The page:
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I am trying to understand the difference between a container such as a Dictionary or List and a SQL Database.

I am sorry if this is a stupid question but I am trying to understand when each one is necessary.


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closed as not a real question by Matt Ball, Yaqub Ahmad, Tim Schmelter, j0k, Mike Sherrill 'Cat Recall' Feb 14 '13 at 14:18

It's difficult to tell what is being asked here. This question is ambiguous, vague, incomplete, overly broad, or rhetorical and cannot be reasonably answered in its current form. For help clarifying this question so that it can be reopened, visit the help center. If this question can be reworded to fit the rules in the help center, please edit the question.

Welcome to Stackoverflow, please read faq and How to Ask a couple of times.. –  Soner Gönül Feb 14 '13 at 13:55
Dictionary and List are Objects in a Language and are non persistent, wheras a Database is a persistent data-storage –  TGlatzer Feb 14 '13 at 13:55
The "containers" you mention are data structures, and databases are an entirely different beast. –  Matt Ball Feb 14 '13 at 13:57

1 Answer 1

A collection (the most common name for an object/value container) usually stores objects/values in memory while a database persists information to a disk drive, storing it until it's removed.

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The collections are just interfaces. There's nothing to say where or how the data is actually stored. Yes, I'm being nitpicky. –  Matt Ball Feb 14 '13 at 13:57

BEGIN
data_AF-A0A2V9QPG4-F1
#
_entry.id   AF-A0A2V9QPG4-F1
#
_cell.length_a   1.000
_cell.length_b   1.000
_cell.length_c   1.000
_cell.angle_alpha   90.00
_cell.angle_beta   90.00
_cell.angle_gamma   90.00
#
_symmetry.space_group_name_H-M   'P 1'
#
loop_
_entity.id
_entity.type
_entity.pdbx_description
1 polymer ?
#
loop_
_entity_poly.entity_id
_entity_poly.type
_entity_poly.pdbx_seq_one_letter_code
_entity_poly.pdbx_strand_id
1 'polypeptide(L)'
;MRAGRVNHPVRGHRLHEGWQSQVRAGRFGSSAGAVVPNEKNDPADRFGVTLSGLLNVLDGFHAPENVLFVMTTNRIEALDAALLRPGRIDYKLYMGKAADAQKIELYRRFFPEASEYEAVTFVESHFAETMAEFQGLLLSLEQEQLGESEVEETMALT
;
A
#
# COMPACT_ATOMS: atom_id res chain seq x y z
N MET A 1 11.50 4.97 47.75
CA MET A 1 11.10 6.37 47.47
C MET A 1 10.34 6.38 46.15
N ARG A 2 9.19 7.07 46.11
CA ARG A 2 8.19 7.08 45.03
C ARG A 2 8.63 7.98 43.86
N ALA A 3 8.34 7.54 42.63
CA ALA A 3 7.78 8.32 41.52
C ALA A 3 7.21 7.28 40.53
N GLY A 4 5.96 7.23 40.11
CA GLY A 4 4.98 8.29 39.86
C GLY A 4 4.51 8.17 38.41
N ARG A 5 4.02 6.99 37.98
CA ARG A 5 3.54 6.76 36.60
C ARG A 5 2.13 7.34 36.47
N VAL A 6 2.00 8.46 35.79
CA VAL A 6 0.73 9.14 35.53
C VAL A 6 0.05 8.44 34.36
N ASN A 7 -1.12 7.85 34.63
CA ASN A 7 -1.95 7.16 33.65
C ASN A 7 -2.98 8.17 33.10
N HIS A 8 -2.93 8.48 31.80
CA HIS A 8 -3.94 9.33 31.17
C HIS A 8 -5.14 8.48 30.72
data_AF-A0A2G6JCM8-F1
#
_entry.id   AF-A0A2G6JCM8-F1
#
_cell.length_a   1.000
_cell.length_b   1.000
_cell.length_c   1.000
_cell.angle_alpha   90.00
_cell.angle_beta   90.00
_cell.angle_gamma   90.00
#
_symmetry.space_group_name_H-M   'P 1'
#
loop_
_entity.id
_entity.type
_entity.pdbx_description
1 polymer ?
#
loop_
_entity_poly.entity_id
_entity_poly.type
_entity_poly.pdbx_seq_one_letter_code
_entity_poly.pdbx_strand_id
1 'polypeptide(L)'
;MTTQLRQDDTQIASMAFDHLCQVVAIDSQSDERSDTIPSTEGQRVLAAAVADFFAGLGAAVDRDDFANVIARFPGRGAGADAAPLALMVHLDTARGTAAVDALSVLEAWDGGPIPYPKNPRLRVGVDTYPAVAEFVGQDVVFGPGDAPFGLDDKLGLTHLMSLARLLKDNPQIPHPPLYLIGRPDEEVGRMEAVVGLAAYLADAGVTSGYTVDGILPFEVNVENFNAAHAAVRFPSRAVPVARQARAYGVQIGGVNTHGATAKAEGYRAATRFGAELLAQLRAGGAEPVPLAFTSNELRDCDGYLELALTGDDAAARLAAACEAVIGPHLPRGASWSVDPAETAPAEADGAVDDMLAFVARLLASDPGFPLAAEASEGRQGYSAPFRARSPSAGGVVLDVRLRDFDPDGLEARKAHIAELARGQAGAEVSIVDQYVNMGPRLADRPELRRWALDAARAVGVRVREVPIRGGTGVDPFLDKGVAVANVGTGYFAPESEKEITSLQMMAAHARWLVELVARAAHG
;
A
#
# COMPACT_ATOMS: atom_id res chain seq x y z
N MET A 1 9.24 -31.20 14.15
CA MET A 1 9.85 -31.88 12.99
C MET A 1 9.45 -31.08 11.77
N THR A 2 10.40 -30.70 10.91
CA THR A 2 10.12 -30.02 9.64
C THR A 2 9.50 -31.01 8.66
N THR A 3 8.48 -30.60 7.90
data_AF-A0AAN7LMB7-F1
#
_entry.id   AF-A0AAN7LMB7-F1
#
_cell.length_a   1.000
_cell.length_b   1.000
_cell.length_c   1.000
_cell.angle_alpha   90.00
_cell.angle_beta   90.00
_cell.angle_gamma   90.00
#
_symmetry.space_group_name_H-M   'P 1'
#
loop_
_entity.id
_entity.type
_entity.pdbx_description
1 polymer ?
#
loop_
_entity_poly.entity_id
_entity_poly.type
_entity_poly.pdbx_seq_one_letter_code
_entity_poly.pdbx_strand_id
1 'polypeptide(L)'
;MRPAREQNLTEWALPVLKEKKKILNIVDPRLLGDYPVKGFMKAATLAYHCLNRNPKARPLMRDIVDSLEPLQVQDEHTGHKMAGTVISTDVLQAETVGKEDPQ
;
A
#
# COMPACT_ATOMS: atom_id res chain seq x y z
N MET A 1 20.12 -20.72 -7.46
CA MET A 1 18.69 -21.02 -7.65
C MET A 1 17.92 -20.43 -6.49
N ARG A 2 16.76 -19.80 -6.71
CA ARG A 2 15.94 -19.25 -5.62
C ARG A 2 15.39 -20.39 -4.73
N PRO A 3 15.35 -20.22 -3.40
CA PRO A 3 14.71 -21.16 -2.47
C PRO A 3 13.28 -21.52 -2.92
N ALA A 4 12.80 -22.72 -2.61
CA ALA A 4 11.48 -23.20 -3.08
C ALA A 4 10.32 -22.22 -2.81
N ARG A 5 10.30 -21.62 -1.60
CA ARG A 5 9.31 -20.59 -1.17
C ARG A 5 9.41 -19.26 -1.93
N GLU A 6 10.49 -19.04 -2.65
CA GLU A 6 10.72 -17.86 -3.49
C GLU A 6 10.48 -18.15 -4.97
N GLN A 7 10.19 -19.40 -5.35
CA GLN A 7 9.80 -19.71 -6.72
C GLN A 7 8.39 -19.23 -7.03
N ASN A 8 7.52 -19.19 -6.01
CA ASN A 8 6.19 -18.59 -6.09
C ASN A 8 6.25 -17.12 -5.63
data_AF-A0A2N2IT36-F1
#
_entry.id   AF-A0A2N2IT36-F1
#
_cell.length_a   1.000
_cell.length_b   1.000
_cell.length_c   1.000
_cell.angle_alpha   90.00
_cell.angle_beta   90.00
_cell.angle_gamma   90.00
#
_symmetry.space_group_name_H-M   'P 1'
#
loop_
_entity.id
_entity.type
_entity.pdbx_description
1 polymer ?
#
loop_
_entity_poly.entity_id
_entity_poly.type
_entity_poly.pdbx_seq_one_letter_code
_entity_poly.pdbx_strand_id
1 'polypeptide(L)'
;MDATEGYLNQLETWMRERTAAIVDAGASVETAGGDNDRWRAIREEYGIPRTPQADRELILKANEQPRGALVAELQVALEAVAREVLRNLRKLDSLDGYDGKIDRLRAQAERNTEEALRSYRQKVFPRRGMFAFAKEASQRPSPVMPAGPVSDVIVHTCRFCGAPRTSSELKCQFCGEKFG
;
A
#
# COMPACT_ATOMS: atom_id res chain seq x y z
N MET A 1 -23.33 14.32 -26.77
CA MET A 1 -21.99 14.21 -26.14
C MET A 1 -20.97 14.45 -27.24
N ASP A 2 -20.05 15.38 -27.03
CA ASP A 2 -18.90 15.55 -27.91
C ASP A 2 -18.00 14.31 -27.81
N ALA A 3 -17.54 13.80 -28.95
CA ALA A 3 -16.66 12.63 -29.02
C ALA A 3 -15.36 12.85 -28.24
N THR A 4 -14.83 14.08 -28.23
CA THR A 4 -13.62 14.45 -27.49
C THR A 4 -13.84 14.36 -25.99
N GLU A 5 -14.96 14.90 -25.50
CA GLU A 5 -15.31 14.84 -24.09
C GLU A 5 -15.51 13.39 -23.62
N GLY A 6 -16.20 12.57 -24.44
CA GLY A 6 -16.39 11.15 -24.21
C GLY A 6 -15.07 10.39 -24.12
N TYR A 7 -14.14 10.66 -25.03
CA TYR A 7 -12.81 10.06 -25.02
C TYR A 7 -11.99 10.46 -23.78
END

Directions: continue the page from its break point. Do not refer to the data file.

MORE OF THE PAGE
More splitting hairs: technically a database doesn't need to be persistent. Wikipedia says: "A database is an organized collection of data". (.NET) collections are databases, too, if you want. –  Andre Loker Feb 14 '13 at 13:59
Every organized collection of anything is a database. Not every database is a SQL database. –  Mike Sherrill 'Cat Recall' Feb 14 '13 at 13:59
That's a bit pedantic: this answer is acceptable considering the level of the question. However, could be improved with caveats of "usually stored in memory" and "specific to a language", and "databases are often/more commonly persisted to disk" etc etc... –  baldric Feb 14 '13 at 14:01
@Catcall it's reasonably to use the term "database" as a synonym for "SQL database" or "relational database." Overall, this question is simply too broad, and should be closed, not answered. –  Matt Ball Feb 14 '13 at 14:01

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